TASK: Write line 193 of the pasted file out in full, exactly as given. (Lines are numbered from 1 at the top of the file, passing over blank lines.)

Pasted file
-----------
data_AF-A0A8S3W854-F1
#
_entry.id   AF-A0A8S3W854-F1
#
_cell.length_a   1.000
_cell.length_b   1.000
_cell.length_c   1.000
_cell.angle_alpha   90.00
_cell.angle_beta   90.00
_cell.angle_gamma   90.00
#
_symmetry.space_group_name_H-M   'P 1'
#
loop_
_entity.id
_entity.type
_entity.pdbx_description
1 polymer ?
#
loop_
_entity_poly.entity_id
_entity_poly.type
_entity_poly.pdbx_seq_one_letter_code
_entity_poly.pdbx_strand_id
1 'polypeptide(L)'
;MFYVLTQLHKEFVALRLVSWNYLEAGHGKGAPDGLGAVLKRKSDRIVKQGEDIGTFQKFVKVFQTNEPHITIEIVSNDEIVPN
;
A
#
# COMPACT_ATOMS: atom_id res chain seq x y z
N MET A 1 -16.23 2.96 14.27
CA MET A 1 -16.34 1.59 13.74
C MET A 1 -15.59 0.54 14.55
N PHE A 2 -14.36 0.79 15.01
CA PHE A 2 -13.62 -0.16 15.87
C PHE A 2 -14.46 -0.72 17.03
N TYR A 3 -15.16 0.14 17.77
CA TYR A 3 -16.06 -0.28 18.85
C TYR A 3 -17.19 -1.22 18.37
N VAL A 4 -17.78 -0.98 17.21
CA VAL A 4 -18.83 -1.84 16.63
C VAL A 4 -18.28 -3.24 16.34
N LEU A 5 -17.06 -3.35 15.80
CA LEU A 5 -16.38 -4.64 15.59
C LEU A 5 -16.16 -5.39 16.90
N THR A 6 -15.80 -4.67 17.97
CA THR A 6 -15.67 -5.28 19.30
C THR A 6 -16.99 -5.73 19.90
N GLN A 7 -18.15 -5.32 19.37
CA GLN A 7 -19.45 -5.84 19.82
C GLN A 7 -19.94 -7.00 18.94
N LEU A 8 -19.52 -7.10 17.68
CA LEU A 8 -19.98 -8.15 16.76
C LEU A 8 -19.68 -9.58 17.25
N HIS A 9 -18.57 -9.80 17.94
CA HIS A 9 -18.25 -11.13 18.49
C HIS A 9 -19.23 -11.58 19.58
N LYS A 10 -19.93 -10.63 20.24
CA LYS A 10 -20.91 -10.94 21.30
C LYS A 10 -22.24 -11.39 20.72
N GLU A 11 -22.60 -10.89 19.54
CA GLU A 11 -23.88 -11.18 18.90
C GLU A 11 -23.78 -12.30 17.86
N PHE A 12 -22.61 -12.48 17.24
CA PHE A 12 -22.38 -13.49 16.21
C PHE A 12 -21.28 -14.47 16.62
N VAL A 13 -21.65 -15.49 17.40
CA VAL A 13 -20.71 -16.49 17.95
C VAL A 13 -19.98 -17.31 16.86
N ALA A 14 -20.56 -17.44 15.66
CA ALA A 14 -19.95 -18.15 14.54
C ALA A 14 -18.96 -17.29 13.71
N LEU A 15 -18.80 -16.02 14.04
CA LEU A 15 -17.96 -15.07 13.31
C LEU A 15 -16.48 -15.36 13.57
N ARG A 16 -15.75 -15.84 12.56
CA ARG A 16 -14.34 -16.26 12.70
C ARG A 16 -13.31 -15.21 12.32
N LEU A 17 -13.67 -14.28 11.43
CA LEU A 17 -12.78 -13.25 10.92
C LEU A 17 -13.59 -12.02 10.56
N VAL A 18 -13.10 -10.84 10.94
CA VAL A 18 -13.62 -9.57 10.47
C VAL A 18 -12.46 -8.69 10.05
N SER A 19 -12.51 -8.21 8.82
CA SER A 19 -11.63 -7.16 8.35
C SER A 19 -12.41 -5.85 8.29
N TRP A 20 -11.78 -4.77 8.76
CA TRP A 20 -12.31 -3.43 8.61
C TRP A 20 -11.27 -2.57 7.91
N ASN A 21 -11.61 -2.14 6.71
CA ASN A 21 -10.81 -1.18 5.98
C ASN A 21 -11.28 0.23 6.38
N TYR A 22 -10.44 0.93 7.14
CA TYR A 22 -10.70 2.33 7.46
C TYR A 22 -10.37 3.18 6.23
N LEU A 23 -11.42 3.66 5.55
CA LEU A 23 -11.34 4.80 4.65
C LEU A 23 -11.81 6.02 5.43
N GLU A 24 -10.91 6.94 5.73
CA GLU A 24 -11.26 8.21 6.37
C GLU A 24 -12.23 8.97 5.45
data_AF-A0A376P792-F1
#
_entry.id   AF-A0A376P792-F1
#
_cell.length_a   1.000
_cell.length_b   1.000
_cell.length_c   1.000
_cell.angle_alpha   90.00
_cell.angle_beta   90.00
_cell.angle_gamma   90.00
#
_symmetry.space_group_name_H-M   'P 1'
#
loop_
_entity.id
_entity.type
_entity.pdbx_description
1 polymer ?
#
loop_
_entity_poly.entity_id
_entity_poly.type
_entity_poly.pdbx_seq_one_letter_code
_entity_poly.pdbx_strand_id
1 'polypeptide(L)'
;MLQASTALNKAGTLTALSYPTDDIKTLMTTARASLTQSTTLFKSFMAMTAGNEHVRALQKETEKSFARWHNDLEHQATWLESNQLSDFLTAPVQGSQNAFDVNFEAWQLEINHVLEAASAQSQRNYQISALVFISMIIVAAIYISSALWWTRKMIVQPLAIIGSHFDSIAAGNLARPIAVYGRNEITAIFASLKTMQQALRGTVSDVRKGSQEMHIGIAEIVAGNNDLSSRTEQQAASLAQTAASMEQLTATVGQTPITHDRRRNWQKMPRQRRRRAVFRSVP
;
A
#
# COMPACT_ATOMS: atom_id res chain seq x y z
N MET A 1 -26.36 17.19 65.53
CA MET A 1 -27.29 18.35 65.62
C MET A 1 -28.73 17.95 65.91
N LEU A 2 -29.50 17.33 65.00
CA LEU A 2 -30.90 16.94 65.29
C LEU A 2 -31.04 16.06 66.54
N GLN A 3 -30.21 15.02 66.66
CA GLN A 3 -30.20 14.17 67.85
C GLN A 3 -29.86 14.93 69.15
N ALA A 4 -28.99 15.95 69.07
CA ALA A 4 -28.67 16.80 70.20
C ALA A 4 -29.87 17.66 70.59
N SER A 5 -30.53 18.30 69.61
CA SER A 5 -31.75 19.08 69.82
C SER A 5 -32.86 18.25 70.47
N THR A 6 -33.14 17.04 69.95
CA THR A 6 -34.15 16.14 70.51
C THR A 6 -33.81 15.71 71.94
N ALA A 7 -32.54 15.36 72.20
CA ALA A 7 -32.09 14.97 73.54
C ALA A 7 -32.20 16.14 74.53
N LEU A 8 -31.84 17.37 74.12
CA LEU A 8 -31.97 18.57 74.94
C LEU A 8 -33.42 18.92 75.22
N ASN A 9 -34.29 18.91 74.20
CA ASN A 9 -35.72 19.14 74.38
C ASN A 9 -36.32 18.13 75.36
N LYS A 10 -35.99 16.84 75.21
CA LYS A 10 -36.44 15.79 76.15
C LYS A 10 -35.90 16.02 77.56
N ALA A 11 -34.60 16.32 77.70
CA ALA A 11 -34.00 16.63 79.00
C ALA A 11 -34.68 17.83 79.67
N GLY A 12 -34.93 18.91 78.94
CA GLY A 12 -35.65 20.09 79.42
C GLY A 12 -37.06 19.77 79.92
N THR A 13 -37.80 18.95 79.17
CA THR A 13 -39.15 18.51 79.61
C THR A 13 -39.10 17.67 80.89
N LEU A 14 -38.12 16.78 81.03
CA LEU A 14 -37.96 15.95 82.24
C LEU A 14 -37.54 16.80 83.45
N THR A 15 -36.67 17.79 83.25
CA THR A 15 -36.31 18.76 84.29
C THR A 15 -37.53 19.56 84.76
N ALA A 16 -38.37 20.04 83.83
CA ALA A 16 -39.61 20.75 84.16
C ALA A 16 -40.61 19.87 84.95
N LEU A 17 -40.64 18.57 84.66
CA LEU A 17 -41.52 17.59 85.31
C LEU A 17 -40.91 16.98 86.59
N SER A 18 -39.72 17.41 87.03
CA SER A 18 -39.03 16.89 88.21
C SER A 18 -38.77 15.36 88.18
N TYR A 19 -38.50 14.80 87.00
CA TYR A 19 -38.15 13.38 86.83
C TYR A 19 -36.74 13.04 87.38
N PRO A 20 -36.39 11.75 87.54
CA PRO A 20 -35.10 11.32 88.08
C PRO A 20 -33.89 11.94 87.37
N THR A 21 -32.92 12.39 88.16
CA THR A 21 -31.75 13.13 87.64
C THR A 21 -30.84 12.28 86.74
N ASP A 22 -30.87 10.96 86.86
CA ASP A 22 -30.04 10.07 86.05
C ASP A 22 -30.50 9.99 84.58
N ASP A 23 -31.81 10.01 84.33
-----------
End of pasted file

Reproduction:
N THR A 21 -32.92 12.39 88.16